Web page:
Monday, March 22, 2010
Stat Week: An Argument for OPS
By Albert Larcada, ESPN Stats & Info
Throughout the week, Baseballl Tonight will be taking a closer look at the use of "non-traditional" statistics in baseball analysis, with "Stat Week" segments on its program. The Max Info will be providing further analysis on the topics discussed, as well as delve into additional subjects to enhance those discussed on the show.
OPS, defined as on-base percentage plus slugging percentage, has become a widely used term in baseball analysis. However, OPS is often criticized by both the traditionalists of baseball as well as sabermetricians. Traditionalists prefer to measure offensive worth with more established stats, such as batting average.
Sabermetricians feel OPS does not go deep enough. They prefer to use a more in-depth breakdown, such as replacement player analysis. Clearly, there is no right or wrong philosophy. Simplicity is always good, but so is validity. Something easy to understand works, but at what cost to the statistical significance?
Now the question must be addressed, does OPS really do a good job of evaluating offensive production?
It is fairly common practice (and deservedly so) to measure an offense by the number of runs they score. Therefore, a simple way to check which statistics work well in judging the value of an offense is to observe which statistics correlate well with runs scored.
Below is a table showing the correlation between frequently used baseball statistics with runs scored, using team data from 2000 to 2009.
In statistical terms, a correlation coefficient of +1.000 is a perfect positive linear relationship, a coefficient of -1.000 is a perfect negative linear relationship, and a coefficient of 0 means no linear relationship.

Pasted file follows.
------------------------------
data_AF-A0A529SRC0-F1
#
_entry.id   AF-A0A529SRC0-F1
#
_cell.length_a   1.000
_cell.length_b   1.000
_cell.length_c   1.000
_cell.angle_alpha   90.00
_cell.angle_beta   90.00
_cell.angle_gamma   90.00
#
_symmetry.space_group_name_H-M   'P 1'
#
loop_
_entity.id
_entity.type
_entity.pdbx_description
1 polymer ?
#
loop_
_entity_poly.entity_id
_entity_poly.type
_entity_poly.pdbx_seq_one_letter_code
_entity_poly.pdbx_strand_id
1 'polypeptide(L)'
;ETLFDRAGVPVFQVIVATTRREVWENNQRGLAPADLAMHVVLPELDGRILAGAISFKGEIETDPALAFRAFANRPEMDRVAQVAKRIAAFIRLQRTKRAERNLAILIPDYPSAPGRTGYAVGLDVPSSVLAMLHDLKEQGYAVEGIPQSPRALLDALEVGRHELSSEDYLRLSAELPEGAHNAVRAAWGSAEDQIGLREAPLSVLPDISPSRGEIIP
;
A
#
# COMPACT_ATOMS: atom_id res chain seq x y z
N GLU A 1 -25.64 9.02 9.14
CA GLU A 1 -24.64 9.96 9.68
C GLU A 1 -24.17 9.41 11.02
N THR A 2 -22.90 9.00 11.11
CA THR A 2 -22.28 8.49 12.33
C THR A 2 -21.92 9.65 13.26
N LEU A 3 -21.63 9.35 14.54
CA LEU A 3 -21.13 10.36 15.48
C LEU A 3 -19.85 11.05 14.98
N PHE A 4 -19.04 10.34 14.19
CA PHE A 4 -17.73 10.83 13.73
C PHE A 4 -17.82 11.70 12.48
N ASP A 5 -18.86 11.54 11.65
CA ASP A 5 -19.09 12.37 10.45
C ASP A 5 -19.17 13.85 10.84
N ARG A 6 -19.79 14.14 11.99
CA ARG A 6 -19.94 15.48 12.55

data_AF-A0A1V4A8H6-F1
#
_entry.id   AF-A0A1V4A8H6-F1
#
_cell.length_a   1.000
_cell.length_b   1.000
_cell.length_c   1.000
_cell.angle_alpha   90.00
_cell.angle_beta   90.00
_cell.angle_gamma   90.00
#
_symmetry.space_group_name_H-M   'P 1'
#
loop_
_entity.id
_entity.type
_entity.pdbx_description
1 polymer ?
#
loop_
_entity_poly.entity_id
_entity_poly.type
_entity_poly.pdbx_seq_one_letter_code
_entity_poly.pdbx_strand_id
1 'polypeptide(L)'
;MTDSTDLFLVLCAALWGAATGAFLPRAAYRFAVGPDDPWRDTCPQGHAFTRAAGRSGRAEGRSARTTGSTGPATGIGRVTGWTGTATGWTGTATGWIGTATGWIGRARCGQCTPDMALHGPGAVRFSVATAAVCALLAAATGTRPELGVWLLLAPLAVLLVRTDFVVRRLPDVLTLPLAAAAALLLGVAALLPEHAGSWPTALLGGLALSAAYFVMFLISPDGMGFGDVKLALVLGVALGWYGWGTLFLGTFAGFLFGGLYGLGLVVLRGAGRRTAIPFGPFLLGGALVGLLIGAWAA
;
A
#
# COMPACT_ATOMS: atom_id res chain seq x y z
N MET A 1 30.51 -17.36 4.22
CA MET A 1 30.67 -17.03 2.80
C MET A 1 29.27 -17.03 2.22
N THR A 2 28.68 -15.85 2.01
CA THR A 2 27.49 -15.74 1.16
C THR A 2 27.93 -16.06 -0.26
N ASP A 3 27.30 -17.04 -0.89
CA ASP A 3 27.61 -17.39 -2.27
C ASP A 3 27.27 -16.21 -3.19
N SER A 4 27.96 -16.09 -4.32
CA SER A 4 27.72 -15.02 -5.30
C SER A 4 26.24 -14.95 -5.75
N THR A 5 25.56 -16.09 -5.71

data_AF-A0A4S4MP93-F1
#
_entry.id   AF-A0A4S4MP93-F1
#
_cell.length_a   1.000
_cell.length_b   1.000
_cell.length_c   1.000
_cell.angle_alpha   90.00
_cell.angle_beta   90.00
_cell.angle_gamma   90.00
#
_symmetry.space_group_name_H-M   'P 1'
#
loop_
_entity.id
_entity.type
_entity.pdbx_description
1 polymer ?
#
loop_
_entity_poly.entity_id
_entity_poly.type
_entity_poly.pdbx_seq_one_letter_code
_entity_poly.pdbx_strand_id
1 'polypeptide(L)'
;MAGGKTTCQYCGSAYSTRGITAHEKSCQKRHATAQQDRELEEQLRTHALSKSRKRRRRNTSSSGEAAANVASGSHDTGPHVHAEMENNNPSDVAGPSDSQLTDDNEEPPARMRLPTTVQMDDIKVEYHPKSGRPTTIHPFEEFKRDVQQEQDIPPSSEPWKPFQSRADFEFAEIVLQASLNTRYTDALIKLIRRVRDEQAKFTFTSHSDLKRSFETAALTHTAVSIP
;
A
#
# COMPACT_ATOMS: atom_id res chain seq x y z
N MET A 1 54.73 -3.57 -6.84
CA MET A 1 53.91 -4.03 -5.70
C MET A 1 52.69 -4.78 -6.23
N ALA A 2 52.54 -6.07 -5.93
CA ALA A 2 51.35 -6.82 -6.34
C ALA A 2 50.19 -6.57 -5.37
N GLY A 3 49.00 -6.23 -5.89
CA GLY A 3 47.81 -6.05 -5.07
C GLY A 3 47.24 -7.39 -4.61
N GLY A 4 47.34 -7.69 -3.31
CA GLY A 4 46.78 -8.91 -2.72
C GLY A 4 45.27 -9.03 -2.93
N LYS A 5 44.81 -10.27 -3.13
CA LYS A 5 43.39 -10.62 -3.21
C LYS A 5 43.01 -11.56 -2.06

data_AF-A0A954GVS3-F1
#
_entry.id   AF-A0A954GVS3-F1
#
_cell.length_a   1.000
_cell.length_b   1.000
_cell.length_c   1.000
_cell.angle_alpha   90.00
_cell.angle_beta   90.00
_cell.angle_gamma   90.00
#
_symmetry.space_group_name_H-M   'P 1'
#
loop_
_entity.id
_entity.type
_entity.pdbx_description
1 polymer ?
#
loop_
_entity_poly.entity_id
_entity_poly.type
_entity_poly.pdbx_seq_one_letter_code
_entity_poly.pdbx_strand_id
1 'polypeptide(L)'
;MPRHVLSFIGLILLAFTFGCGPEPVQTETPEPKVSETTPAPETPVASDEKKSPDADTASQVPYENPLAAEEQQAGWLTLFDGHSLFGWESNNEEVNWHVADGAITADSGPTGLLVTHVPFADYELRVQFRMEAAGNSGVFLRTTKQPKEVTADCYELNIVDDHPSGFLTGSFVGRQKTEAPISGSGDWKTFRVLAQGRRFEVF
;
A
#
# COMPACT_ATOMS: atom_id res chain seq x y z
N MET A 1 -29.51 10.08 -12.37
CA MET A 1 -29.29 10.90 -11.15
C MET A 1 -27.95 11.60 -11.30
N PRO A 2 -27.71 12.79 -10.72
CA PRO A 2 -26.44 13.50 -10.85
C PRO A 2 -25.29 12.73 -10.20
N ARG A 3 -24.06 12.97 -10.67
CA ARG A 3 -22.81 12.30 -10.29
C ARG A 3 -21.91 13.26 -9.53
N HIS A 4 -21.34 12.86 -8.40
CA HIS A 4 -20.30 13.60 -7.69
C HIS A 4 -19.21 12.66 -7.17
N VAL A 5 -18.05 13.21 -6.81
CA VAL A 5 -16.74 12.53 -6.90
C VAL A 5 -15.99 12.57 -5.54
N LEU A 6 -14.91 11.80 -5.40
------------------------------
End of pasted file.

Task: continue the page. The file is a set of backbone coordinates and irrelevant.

In other words, the closer a number is to one, the better the relationship between the two stats.
As shown above, OPS has the strongest relationship with runs scored by a team over the past 10 seasons among the statistics checked. In fact, in each year since 2002 the team that has scored the most runs in Major League Baseball has also had the highest OPS.
I am not suggesting that there is no use for more advanced statistical research in baseball, far from it. The intelligent front offices and sharp fantasy players who utilize cutting edge analysis will certainly have a leg up on their competitors.
The issue of simplicity vs statistical significance is not a problem specific to baseball. The answer most have come up with is known as Occam's razor, which states “entities must not be multiplied beyond necessity.”
In this case, if there is something uncomplicated that does just as good of a job explaining offense as a more complex one does, we should use the simpler stat.
While certainly a clever sabermetrician can (and surely has) found other replacement player or linear weight metrics that show a higher correlation to runs scored than OPS, the simplicity, as well as the utility, of OPS should be appreciated by all.